Republican lawmakers in Tennessee have introduced a “Texas-style” ban on abortion after watching the abortion rate plummet in the Lone Star State.
“This bill is modeled directly after the legislation passed in Texas last year,” Tennessee state Rep. Rebecca Alexander (R), who sponsored the bill, told a subcommittee for the state’s House of Representatives. “Abortions since that bill has been passed have dropped 60% in Texas.”
If signed into law, the proposal would — just as in Texas — allow private citizens to file civil lawsuits against those who perform abortions, according to WMC-TV.
“It leaves enforcement up to private citizens through civil lawsuits instead of criminal prosecutors,” Alexander explained.
The bill, which would allow citizens to sue doctors for up to $10,000, will now go before the House’s full Health Committee for further discussion.
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Abortion advocates have decried the legislative proposal.
“If this bill is allowed to go into effect, people who need abortions will be forced to either travel out of state, not receive the health care that they need, or seek abortions in unsafe situations,” read a statement from CHOICES Memphis Center for Reproductive Health. “This is a heartbreaking decision and one that sets Tennesseans back decades.”
News of the pro-life bill in the Volunteer State comes on the heels of a decision by the Texas Supreme Court, ruling state officials do not have a role in enforcing the six-week abortion ban, meaning they are not appropriate targets for lawsuits, which is a major blow to abortion providers.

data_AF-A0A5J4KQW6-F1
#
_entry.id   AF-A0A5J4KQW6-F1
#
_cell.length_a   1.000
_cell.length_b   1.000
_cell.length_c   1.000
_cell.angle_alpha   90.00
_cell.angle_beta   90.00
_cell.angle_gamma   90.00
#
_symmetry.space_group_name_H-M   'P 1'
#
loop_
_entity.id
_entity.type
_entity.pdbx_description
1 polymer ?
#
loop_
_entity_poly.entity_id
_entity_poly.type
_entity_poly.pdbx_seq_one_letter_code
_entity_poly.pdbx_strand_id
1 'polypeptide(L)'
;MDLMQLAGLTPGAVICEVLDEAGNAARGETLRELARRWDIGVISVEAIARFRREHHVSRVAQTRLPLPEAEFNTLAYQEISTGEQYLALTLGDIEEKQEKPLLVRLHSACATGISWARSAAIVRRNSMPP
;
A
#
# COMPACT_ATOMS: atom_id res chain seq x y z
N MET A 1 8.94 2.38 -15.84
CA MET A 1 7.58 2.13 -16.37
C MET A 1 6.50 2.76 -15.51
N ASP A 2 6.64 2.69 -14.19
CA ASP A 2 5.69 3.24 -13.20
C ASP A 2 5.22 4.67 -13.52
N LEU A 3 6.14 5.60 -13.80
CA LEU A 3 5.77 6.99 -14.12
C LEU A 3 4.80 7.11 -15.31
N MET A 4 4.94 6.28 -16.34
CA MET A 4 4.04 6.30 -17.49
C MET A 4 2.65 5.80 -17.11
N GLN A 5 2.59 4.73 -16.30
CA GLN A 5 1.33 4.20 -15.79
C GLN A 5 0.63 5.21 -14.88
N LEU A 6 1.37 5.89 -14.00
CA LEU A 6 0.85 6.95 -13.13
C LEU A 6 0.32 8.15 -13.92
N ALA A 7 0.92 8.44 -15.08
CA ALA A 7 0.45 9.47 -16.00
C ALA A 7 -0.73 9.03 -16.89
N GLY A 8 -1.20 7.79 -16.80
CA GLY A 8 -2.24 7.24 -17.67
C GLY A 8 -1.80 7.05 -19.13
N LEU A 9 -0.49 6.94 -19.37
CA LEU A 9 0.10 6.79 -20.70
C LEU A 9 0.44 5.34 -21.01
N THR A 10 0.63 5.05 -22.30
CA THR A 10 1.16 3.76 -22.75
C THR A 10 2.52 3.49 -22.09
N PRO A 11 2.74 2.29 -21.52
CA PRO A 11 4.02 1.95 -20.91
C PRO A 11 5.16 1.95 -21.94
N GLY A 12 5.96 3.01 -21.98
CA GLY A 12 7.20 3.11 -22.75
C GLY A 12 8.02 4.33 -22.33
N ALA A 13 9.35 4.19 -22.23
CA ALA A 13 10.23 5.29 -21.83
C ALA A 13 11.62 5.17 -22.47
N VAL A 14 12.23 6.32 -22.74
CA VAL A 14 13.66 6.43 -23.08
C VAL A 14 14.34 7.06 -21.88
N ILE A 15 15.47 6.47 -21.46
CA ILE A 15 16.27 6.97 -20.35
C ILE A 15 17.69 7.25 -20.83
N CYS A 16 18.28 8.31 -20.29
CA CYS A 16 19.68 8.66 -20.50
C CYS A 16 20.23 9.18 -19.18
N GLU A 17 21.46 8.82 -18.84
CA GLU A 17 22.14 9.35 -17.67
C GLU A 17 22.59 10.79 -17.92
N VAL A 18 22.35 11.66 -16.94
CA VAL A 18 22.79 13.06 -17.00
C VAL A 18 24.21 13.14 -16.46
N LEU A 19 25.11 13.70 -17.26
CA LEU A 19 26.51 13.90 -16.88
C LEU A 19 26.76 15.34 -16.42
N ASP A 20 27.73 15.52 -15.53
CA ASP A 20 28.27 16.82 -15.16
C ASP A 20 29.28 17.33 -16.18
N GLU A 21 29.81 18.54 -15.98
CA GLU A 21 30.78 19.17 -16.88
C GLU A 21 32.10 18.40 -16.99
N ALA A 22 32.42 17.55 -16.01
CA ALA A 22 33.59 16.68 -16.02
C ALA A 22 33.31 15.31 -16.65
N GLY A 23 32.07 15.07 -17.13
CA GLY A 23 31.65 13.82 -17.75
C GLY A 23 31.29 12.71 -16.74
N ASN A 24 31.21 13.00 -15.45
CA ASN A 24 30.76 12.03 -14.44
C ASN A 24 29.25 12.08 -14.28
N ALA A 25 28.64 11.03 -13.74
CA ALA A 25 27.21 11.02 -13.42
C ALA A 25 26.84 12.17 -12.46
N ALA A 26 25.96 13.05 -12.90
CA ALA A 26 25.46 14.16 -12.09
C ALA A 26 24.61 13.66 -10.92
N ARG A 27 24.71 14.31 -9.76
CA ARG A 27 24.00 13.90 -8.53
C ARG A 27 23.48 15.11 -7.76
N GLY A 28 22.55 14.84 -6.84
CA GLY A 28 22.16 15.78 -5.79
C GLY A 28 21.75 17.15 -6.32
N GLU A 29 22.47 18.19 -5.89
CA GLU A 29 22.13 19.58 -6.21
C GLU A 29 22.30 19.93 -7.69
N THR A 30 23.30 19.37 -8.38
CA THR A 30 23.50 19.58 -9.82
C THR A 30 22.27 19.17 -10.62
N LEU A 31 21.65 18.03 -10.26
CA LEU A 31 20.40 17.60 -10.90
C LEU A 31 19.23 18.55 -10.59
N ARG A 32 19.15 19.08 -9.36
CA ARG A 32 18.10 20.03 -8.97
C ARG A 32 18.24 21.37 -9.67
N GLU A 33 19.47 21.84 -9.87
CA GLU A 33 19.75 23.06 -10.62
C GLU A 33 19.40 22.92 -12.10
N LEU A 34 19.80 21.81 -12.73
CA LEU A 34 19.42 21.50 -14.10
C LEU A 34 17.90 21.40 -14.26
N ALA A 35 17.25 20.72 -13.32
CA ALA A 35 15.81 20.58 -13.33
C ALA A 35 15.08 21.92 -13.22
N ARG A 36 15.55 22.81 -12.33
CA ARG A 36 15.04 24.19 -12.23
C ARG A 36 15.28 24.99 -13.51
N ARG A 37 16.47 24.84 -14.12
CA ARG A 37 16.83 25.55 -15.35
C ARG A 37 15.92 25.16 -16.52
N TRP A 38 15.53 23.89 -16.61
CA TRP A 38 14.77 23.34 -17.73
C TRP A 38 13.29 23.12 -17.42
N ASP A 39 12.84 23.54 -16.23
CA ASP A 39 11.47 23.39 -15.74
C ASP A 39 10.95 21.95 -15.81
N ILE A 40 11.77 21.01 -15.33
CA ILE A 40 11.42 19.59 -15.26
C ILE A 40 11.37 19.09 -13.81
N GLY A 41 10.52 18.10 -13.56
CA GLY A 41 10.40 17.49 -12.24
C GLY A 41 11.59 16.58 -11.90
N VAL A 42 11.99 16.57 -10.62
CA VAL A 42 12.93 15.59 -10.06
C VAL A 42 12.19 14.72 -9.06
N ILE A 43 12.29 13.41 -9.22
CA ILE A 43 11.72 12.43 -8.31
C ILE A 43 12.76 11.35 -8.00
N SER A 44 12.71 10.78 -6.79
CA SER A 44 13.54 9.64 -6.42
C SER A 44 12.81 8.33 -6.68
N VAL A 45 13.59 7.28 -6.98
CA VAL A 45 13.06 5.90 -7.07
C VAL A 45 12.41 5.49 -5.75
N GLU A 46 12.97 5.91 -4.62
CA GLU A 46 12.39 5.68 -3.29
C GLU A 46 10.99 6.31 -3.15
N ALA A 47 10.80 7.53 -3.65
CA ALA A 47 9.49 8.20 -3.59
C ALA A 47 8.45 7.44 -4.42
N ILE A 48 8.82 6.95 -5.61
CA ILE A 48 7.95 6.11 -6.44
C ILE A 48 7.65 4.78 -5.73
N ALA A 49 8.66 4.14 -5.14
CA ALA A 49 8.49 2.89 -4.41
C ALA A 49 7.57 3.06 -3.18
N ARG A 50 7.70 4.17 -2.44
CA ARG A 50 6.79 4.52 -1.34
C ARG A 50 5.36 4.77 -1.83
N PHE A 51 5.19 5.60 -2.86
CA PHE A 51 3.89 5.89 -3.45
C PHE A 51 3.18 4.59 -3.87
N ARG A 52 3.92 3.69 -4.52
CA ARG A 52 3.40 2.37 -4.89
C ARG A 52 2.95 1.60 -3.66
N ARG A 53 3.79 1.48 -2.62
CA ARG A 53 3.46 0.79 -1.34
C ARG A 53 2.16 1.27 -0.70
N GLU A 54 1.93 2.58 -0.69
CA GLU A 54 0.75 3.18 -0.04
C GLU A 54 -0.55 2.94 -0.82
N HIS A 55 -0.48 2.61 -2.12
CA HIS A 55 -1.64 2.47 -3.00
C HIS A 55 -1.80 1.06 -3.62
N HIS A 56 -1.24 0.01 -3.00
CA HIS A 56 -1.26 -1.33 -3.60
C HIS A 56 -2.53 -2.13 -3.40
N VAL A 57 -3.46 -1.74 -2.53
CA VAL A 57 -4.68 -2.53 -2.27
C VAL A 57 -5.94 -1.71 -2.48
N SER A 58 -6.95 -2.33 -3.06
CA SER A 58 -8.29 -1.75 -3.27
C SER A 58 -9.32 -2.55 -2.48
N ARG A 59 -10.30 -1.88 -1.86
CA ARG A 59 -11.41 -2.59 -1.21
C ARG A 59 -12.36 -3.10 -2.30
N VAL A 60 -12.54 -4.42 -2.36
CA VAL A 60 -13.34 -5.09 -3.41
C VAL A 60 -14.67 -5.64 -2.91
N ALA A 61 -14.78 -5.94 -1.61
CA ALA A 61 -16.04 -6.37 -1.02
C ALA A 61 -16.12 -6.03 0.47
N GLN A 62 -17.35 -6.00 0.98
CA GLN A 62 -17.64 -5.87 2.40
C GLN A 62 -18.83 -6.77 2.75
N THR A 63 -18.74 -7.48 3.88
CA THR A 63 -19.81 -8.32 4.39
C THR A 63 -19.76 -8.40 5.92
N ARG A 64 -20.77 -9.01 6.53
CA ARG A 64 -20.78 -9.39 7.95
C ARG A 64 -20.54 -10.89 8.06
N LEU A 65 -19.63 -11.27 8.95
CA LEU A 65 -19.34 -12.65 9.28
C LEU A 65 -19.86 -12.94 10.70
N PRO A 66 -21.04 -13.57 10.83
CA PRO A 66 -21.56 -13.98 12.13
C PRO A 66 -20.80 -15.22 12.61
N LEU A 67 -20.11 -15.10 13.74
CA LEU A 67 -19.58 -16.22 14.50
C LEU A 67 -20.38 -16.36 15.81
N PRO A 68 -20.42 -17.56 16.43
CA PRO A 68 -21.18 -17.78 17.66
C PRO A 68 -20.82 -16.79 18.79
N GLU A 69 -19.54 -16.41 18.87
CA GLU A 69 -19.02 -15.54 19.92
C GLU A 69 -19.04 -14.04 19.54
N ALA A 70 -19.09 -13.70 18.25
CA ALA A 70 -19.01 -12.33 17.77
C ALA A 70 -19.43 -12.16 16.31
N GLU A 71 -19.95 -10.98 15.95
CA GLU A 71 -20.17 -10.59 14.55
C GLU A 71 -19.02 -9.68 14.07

Texas Justice Jeffrey Boyd wrote that the law — Senate Bill 8 — includes “emphatic, unambiguous, and repeated provisions” stating civil litigation “is the ‘exclusive’ method for enforcing the act’s requirements,” USA Today reported.
Since the state’s high court ruled licensing officials are not responsible for enforcing the near-ban on abortion, the case brought by abortion providers is all but over. The law’s unique focus on private citizens’ right to file civil lawsuits — rather than establish a criminal penalty — has allowed the legislation to evade constitutional challenges.
“There is nothing left,” said Marc Hearron, attorney for the Center for Reproductive Rights, which led the challenge against the pro-life bill. “This case is effectively over with respect to our challenge to the abortion ban.”
Texas Attorney General Ken Paxton celebrated the court’s ruling, calling it a “major victory.”
“This measure, which has saved thousands of unborn babies, remains fully in effect, and the pro-abortion plaintiffs’ lawsuit against the state is essentially finished,” he tweeted.
Lila Rose, president of the pro-life advocacy group Live Action, described the state Supreme Court’s ruling as a “big win for children in Texas.”
“The Supreme Court of Texas has ruled against the abortion industry in their litigation against the Texas Heartbeat Law,” she posted to Twitter. “The law will continue to protect children with a detectable heartbeat from the violence of abortion.”
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